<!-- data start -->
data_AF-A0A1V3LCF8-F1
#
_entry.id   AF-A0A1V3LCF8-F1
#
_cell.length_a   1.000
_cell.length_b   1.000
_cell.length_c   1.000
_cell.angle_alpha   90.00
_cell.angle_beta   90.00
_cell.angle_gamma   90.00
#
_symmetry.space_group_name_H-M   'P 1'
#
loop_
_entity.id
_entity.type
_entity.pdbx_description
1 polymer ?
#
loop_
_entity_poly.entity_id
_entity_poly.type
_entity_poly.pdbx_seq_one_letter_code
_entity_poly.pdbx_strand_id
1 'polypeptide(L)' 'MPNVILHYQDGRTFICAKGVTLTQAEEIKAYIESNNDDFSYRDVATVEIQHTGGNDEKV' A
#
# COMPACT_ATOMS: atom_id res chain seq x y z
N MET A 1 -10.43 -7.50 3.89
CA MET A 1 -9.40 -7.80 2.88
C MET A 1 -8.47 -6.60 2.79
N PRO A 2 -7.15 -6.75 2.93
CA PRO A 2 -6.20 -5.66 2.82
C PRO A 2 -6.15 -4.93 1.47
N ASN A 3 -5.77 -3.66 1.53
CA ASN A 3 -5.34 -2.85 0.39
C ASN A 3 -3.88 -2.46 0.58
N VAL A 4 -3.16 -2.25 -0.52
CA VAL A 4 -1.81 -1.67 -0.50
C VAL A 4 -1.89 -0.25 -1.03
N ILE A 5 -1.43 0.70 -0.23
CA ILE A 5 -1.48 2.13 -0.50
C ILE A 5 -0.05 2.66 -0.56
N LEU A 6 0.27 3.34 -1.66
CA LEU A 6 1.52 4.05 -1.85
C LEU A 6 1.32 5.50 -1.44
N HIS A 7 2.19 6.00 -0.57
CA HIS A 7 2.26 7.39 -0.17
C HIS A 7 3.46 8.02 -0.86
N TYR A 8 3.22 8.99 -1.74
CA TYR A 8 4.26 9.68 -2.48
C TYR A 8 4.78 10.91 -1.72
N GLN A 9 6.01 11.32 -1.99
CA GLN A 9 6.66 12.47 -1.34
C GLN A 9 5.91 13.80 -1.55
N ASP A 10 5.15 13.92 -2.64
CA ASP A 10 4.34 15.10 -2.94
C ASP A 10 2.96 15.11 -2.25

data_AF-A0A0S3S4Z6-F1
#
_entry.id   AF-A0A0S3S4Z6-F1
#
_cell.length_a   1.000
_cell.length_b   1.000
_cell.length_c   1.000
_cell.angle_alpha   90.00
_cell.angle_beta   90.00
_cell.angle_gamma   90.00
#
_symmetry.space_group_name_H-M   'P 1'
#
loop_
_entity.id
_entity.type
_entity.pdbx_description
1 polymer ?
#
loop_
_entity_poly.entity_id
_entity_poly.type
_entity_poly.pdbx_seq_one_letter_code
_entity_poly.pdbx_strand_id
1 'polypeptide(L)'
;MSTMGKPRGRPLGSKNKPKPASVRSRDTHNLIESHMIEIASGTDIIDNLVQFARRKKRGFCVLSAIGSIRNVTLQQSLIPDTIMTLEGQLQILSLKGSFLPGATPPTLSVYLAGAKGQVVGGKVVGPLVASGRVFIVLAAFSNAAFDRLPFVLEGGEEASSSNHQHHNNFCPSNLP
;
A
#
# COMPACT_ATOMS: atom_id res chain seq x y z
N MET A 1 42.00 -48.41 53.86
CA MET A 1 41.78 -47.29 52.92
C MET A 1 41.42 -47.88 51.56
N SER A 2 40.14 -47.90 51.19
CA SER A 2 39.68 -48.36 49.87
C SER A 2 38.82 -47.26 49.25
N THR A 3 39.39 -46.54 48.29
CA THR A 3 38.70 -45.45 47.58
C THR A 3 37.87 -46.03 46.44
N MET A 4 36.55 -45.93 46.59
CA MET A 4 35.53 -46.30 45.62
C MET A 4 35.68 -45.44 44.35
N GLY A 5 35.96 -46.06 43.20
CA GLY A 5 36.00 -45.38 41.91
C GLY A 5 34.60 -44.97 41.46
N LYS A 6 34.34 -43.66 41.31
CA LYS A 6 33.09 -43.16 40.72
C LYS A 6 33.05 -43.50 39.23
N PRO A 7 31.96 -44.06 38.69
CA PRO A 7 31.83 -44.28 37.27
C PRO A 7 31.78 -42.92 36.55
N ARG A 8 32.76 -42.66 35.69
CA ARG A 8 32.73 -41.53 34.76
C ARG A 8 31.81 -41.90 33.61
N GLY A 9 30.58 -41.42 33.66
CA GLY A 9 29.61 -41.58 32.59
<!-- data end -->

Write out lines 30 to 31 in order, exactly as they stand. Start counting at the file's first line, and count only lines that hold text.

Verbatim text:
C MET A 1 -8.47 -6.60 2.79
N PRO A 2 -7.15 -6.75 2.93